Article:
File this one in the “WHY HAVE I NEVER READ THIS BEFORE” category. Maureen Johnson’s The Bermudez Triangle is not a new book. It was published in 2004, when I was a senior in high school. You’ve probably seen it at your local bookstore or library. I’ve seen it around for years, but I think I was always put off by the cutesy-looking hearts on the cover. I’m not a huge fan of romance novels, but while Bermudez does feature a few romances, it’s more about three best friends than anything else.
Oh, and did I mention it features a lesbian romance without being a cliche? With depth and nuance, even? It was swoonworthy, much moreso than the hetero romance was.
Nina, Mel, and Avery are the three best friends who form the Bermudez Triangle (named after Nina Bermudez). They’ve been inseparable since childhood, but the summer before their senior year of high school, things start to go awry. Nina goes to Stanford for a pre-college summer program, where she meets Steve, the boy of her dreams. Mel and Avery are a little lost without Nina, having never been away from each other for so long, and their relationship turns into more than friendship. Mel has known that she was gay for a while, but she’s never told anyone before. Avery has always been into guys, but one night she starts to see Mel differently and finds that she’s attracted to her. The trouble starts when Nina comes home and Mel and Avery can’t figure out how to tell her that they’re together now. Meanwhile, Nina’s new boyfriend Steve is all the way across the country and she struggles to keep up their long-term relationship.
But the Mel/Avery relationship is really the star of this book. Mel is not your “typical” lesbian – she has long red hair and favors skirts and girly tank tops. Avery fancies herself something of a rocker – she’s in a band and is the loud one who’s always cracking jokes. The scenes where Mel and Avery have kissed for the first time and are getting to know each other in a different context are wonderful. Butterflies in my tummy, I swear. But they’re still afraid of anyone finding out about them, because they don’t want to come out to their parents or get harassed by the kids at school. And while Mel is okay with calling herself a lesbian and calling Avery her girlfriend, Ave refuses to identify as gay, as a lesbian, or as bi. She’s afraid of being put in a box and being expected to act a certain way. She’s also still attracted to guys – the only girl she’s attracted to is Mel. She doesn’t know what to think about her own sexuality or her own identity. This drives a wedge between her and Mel, because Mel is in love. Mel is ready for a serious relationship, a public relationship.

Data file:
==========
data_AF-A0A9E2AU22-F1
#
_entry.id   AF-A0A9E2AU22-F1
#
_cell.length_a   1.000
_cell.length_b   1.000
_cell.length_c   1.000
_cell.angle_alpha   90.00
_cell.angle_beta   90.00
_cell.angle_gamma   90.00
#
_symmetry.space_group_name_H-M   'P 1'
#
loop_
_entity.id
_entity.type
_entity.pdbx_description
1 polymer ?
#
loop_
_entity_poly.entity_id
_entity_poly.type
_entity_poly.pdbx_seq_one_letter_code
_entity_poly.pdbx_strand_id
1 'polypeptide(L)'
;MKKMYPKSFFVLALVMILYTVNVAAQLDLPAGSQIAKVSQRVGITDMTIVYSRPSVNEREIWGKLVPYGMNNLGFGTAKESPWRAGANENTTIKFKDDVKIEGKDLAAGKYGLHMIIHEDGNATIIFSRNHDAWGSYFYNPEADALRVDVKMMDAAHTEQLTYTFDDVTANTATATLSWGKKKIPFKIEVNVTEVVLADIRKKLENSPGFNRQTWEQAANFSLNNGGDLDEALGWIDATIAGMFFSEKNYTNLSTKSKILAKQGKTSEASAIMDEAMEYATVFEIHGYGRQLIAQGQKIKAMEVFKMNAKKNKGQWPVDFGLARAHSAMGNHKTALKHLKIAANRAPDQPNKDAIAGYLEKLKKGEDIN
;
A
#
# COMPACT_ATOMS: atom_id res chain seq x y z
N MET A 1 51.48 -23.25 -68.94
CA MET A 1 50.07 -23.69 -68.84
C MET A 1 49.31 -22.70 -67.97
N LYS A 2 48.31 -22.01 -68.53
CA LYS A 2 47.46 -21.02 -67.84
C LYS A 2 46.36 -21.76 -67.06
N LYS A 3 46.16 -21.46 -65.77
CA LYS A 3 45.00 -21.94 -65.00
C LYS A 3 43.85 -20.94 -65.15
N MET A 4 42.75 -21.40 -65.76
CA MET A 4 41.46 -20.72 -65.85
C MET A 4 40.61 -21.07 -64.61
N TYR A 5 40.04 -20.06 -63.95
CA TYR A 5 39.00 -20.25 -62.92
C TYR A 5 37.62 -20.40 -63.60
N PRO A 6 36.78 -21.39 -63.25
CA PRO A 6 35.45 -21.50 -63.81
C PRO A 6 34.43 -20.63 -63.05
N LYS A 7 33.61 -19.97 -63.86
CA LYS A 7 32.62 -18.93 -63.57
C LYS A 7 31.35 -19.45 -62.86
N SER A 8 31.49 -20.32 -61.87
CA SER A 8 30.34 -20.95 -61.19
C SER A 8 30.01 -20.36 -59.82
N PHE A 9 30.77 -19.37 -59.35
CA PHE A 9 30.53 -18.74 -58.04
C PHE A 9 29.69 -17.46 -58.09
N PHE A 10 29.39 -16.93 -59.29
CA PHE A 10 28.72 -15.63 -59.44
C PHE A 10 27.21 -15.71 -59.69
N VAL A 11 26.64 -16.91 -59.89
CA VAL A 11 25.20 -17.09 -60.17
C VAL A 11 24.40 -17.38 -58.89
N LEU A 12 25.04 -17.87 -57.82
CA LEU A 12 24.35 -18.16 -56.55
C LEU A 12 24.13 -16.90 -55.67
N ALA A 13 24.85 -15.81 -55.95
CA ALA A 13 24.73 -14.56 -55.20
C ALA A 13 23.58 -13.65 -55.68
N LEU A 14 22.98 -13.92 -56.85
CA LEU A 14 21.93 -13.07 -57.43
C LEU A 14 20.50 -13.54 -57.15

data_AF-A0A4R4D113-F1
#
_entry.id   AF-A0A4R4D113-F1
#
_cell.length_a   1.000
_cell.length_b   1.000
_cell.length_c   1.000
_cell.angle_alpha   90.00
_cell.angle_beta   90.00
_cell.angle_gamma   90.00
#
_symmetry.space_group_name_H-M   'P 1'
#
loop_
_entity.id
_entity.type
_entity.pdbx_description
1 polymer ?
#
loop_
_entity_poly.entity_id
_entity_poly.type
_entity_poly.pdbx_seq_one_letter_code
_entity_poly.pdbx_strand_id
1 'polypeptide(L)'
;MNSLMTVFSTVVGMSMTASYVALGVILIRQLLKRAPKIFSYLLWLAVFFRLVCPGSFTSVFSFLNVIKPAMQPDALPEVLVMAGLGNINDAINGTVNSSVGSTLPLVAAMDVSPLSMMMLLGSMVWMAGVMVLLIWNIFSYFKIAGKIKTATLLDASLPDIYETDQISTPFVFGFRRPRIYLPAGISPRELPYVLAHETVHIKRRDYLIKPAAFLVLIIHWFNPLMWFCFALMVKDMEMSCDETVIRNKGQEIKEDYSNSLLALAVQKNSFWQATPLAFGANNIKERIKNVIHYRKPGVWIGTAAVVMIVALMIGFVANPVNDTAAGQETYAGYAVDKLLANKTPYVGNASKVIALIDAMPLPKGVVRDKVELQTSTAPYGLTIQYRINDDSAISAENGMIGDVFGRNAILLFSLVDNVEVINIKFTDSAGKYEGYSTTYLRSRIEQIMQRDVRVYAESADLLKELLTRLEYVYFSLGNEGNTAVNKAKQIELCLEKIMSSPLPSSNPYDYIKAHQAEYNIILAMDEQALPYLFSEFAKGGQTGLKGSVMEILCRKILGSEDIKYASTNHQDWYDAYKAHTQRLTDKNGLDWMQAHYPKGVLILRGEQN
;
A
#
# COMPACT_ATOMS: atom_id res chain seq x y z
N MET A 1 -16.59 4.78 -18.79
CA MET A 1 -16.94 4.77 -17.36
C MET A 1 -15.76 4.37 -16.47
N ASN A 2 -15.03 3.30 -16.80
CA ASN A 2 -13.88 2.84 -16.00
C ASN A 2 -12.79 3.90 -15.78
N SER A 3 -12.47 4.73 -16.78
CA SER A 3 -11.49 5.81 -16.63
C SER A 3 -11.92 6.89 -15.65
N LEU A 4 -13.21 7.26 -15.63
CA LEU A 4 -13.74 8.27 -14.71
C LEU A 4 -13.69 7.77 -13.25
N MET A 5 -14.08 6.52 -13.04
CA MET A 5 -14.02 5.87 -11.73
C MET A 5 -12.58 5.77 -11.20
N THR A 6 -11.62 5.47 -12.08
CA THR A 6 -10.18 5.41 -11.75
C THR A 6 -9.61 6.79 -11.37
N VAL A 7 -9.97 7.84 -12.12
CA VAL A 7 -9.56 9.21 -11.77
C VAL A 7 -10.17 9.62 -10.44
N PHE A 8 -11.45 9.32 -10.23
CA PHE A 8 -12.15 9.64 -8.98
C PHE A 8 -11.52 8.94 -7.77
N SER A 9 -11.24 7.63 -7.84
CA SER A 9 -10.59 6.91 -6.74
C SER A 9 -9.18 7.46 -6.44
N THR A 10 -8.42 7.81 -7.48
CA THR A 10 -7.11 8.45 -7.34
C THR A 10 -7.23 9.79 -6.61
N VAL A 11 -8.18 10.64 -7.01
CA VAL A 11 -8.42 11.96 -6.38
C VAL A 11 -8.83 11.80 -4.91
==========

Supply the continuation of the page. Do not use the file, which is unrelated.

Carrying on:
I just love that, as queer characters, Mel and Avery aren’t put in a box. They’re whole characters, who happen to be gay or queer. They have most of the same problems as the straight characters: dating problems, parent problems, where-do-I-want-to-go-college problems. Except Mel and Avery’s problems also include coming out to their parents and being called “dykes” at school and work. But I love that all of these things are included, and I think it’s a pretty honest portrayal of the different ways teens deal with their sexuality. Nina also has to deal with accepting that her friends are queer. She thinks of herself as accepting and open to homosexuality, but she’s never been faced with it on a personal level. She wonders if it makes her a homophobe when she’s initially freaked out by the idea of Mel and Avery being together, although what she’s really freaked out by is her two best friends having something special, something she can’t be a part of.
On a side note, I loved that Mel and Avery waited tables at a cheesy theme restaurant. As a fellow service worker, I love characters dealing with asshole customers and asshole bosses. It soothes me, what can I say?
And now I know why this book is so highly-regarded among YA lit. I recommend The Bermudez Triangle to everyone: gay, lesbian, straight, or anything else. You will connect with at least one of the main characters, but probably all of them. I only regret that it took me so long to get around to reading it!